The best accessory you can wear is a smile — God, don’t you just hate that quote? Well apparently there’s actually some truth in it. Welcome to ‘dopamine dressing’, the newest fashion thought process that aims to improve your mood with the power of fashion. With just a smattering of colour and a few inspiring slogans, you can turn that frown upside-down…or so the theory goes. And you know, I kind of get where it’s coming from. Today I’m here with QUIZ, whose selection of going out dresses are sure to bring a smile to your face, to explore the theory of dressing for positivity.
The colour of a smile
Colour can have a huge impact on our mood and feelings. Studies have shown that different coloured objects and clothing can have different effects on individuals. In all honesty, I actually did my dissertation on the psychology of colours and it’s actually true!
Colour of clothing also changes how people view the wearer:
Red — demonstrates power and a strong social status, as well as gives the wearer more confidence. It can indicate good health and financial stability, too.
White — perceived to be the least arrogant colour and gives the impression that the wearer is optimistic.
Black — gives the impression of self-assurance and intelligence.
And in sports? Researchers have discovered that red can lead people to act with greater speed and force. And, studies showed that sports teams dressed in mostly black kits, were more likely to receive penalties.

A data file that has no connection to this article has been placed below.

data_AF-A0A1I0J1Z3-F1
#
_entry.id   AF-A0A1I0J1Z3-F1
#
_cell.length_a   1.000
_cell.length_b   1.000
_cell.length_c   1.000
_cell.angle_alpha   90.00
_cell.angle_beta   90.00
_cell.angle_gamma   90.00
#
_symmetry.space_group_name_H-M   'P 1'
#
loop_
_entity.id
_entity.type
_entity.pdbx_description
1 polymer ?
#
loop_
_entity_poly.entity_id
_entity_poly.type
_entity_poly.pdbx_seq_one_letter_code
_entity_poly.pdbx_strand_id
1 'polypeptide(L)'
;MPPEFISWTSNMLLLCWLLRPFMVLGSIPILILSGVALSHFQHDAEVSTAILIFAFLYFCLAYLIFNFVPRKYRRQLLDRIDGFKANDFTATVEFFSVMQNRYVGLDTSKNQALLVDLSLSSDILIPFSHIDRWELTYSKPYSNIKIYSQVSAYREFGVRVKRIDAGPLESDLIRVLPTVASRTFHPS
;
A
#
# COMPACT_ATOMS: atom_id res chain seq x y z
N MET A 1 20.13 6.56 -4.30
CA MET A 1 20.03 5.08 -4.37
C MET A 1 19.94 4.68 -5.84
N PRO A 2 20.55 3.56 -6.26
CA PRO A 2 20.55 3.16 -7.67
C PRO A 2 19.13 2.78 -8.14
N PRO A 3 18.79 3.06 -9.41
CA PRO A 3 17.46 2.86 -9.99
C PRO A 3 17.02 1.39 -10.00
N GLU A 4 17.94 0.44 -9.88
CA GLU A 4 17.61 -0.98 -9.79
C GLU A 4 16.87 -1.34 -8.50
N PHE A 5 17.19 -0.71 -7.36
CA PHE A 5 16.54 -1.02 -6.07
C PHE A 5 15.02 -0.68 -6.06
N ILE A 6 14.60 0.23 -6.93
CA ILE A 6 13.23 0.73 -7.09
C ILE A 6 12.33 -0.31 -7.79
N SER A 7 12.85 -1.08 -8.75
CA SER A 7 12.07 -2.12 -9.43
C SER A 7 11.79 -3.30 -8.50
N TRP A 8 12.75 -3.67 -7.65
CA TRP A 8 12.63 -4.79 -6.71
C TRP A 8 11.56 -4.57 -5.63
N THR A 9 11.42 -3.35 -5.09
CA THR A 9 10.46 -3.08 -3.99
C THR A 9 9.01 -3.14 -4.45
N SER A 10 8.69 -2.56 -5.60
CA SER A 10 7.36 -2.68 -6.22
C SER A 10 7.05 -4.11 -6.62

It’s clear then that colour choice can affect a wide array of feelings. So, what about when it comes to dressing for your own happiness?
What’s your favourite colour?
Colour connotation is primarily down to your own experiences. Take colour connotations and cultural differences, for example. Like the colour red? In China, this hue is a symbolism of good luck, yet in Africa it’s associated with death. Interestingly, in the African nation of Nigeria, it has connections with aggression and vitality.
So if yellow is linked to happy memories for you, it’ll make you feel happy to see it. This idea is supported by one experiment involving a coat. Here, participants were all handed the same white coat — the only difference was that some were told it was a painter’s coat, and others were told it was a doctor’s. When asked to complete tasks, results revealed that those who were told it was a doctor’s coat performed better. It’s likely that the connotations that they associated with a professional uniform were more positive and motivational than those associated with the painter’s coat.
Power dressing can also influence you mood. Some women feel more confident in trouser suits or skirt and jacket combos when surrounded by men who are donning a similar outfit in the form of a three-piece suit.
It’s all about what makes you feel happy and confident.
Shapes and sizes
Another way to feel happy in your outfit is to pick clothes that make you feel comfortable. Here are some tips for perfectly dressing your body shape:
Pear-shaped — if you have a pear-shaped frame like me, you carry weight mostly in the lower areas of your body. You can elongate your legs with a straight or bootcut jean. High-waisted trousers can make you look shorter, but it doesn’t stop me loving them!
Apple-shaped — this is where you carry weight around the middle. Bring focus to your legs with a straight-leg trouser and pair with heels.
Petite — it can be hard to find clothes that don’t overpower you if you’re petite. High-waisted trousers and crop tops are good if you’re this size, as they can create the illusion that you’re taller and show off your small physique!
Tall — if you want to extenuate your legs even further, you should go for a low-rise trouser with a skinny leg.
So I guess it is true that you wear can shape how you feel. Putting colours and shapes aside, the most important thing is that you’re comfortable in the clothes that you wear. This will ensure your confidence shines through — a guaranteed mood booster!